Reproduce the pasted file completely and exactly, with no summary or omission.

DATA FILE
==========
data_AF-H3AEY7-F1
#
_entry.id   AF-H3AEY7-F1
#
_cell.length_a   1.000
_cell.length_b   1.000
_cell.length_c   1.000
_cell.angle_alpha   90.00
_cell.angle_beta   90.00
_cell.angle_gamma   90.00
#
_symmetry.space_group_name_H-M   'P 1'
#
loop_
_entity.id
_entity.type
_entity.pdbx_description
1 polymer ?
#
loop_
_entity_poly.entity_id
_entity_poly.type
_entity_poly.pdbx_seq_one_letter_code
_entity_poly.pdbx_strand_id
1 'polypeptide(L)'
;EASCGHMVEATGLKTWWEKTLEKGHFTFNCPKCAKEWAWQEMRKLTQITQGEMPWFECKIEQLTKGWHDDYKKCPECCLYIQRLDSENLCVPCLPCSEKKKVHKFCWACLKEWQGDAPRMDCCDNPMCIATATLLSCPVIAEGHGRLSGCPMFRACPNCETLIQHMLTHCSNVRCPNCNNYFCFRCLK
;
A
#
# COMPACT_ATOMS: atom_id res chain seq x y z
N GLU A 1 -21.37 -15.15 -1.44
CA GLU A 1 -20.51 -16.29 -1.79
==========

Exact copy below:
data_AF-H3AEY7-F1
#
_entry.id   AF-H3AEY7-F1
#
_cell.length_a   1.000
_cell.length_b   1.000
_cell.length_c   1.000
_cell.angle_alpha   90.00
_cell.angle_beta   90.00
_cell.angle_gamma   90.00
#
_symmetry.space_group_name_H-M   'P 1'
#
loop_
_entity.id
_entity.type
_entity.pdbx_description
1 polymer ?
#
loop_
_entity_poly.entity_id
_entity_poly.type
_entity_poly.pdbx_seq_one_letter_code
_entity_poly.pdbx_strand_id
1 'polypeptide(L)'
;EASCGHMVEATGLKTWWEKTLEKGHFTFNCPKCAKEWAWQEMRKLTQITQGEMPWFECKIEQLTKGWHDDYKKCPECCLYIQRLDSENLCVPCLPCSEKKKVHKFCWACLKEWQGDAPRMDCCDNPMCIATATLLSCPVIAEGHGRLSGCPMFRACPNCETLIQHMLTHCSNVRCPNCNNYFCFRCLK
;
A
#
# COMPACT_ATOMS: atom_id res chain seq x y z
N GLU A 1 -21.37 -15.15 -1.44
CA GLU A 1 -20.51 -16.29 -1.79